Crews could break ground on the Boisfeuillet Jones Atlanta Civic Center’s long-overdue redevelopment before the end of the year, kicking off a potentially 13-year plan to bring new restaurants, retail, office space, a hotel, and around 1,500 residences — roughly a third of them affordable housing — to the mostly empty and overgrown Old Fourth Ward site.

Breathing new life into Atlanta Housing’s (AH) 19-acre property — which has offered little more than parking spaces for the last decade — will notch a big win for the neighborhood. However, the housing component leaves much to be desired, said Atlanta City Councilmember Amir Farokhi, who represents the district including the Civic Center.

“There should be thousands of housing units there,” he told Al ilmu in an interview. “The current vision for the site, while an improvement over a parking lot, falls short of what the city needs and deserves, which is more housing on a site that can support significant housing density.”

“It’s one of the few blank slates left in the center of the city,” Farokhi added — and near a MARTA station no less. “We’re in a moment where there’s significant housing demand and limited housing supply. We should be building as much housing there that’s possible — both affordable and market rate.”

There is some room to adjust the current master plan — crafted by the joint venture of Republic Family of Companies, Michaels Development Co., and Sophy Companies — but the grand vision won’t change much before the groundbreaking next November or December, said AH’s senior vice president of real estate planning and development, Trish O’Connell, on Wednesday.

“We went through a pretty comprehensive neighborhood engagement process,” she said. “The plan you see in place reflects a lot of the community’s desires and concerns.”

O’Connell said the Civic Center site’s neighbors made clear they didn’t want it to be too densely built out. “They did not want the entire site to be like a little piece of New York right there, with skyscrapers towering above,” she said.

Historic preservation considerations pose another challenge to delivering housing density. At the heart of the Civic Center site sits the iconic performing arts center for which it’s known. Built in the late 1960s, it once hosted Broadway musicals, operas, concerts, speeches from Georgia governors, senators, and a president — and a Jeopardy! Tournament of Champions.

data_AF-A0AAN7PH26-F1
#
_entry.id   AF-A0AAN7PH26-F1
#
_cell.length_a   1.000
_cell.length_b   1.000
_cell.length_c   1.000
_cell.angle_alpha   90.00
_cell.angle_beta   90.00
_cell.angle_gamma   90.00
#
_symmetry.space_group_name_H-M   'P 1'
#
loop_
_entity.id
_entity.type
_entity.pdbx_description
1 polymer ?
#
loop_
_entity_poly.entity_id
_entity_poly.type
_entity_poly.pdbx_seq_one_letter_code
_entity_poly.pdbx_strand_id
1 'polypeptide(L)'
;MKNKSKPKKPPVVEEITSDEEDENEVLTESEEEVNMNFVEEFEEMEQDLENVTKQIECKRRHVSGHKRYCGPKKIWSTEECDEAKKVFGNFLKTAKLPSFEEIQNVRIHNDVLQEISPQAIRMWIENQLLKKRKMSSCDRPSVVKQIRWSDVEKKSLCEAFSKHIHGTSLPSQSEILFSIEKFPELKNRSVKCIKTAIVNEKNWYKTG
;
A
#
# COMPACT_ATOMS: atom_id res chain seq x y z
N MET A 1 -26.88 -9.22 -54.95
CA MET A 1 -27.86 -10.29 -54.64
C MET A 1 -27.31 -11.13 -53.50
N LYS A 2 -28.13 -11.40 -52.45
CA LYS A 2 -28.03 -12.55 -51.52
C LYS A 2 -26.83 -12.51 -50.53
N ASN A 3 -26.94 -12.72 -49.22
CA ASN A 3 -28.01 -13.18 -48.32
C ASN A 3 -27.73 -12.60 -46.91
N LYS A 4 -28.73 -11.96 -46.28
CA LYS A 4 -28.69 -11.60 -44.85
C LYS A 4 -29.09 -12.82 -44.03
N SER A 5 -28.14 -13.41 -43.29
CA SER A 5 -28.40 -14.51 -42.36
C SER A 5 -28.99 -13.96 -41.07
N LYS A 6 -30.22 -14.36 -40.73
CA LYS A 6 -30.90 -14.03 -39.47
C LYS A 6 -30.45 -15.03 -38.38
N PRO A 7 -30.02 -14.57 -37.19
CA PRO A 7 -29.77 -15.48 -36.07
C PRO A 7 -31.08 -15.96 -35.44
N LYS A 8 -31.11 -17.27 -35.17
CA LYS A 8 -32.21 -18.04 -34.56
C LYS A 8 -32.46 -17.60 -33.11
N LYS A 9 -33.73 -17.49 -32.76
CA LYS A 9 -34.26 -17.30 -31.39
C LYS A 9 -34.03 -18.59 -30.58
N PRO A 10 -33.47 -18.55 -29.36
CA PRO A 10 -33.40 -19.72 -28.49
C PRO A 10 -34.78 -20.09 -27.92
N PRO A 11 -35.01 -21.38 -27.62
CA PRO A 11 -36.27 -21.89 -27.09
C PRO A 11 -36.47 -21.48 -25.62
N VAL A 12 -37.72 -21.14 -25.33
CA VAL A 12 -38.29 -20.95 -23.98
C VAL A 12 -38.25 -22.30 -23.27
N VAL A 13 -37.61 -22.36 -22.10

The Atlanta City Council on Monday approved a resolution that authorizes AH, the city of Atlanta, and the developers to enter into a 10-year partnership with the Georgia State Historic Preservation Office to ensure the auditorium’s renovation maintains its historic fiber.

David Mitchell, the executive director for the Atlanta Preservation Center, commended the council for passing the legislation, which Farokhi authored. “The resolution illustrates that historic preservation is finally being viewed as an economic attribute to both development and sustainability,” he said.

He too cautioned against overly dense development, so that AH and its development team don’t eclipse the historic Civic Center with shiny high-rises.

“With a starting number of 1,500 housing units — and the possibility to build more — we risk using the very thing we seek to protect becoming the shield to allow us to conduct business as usual,” Mitchell said, referring to urbanist development ambitions.

“If historic preservation is a conversation with our past about our future, we should be very careful and focus on listening more than speaking — and let the Civic Center guide this, not potentially be suppressed by this,” he added.

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4 Comments

  1. This totally awesome 👍🏾 how do I apply for this new housing located @ civic center???

  2. Who are the neighbors to the Atlanta Civic Center site? GA Power, a park, the highway, a few apartments and restaurants…to say the neighbors don’t want a dense block a la New York City is silly. We piss away opportunity after opportunity to build dense affordable housing. If the damn Housing Authority isn’t for dense affordable housing in the heart of the city near Marta, a grocery store, and medical campus, then what hope do we have???

    1. You're absolutely right. It's good that Amir spoke out on this. The plan for affordable housing on this central site - next to thousands of jobs and several MARTA stops - has been woefully timid from the get-go. The trade-off in loss of housing is unacceptable for preserving a useless hulk that would require massive public rehab expense.

  3. being concerned about density in downtown is obscene. Build it all and build it tall.

    We need more housing like this in the city and our shortage affects far more than just a few crabby privileged neighbors

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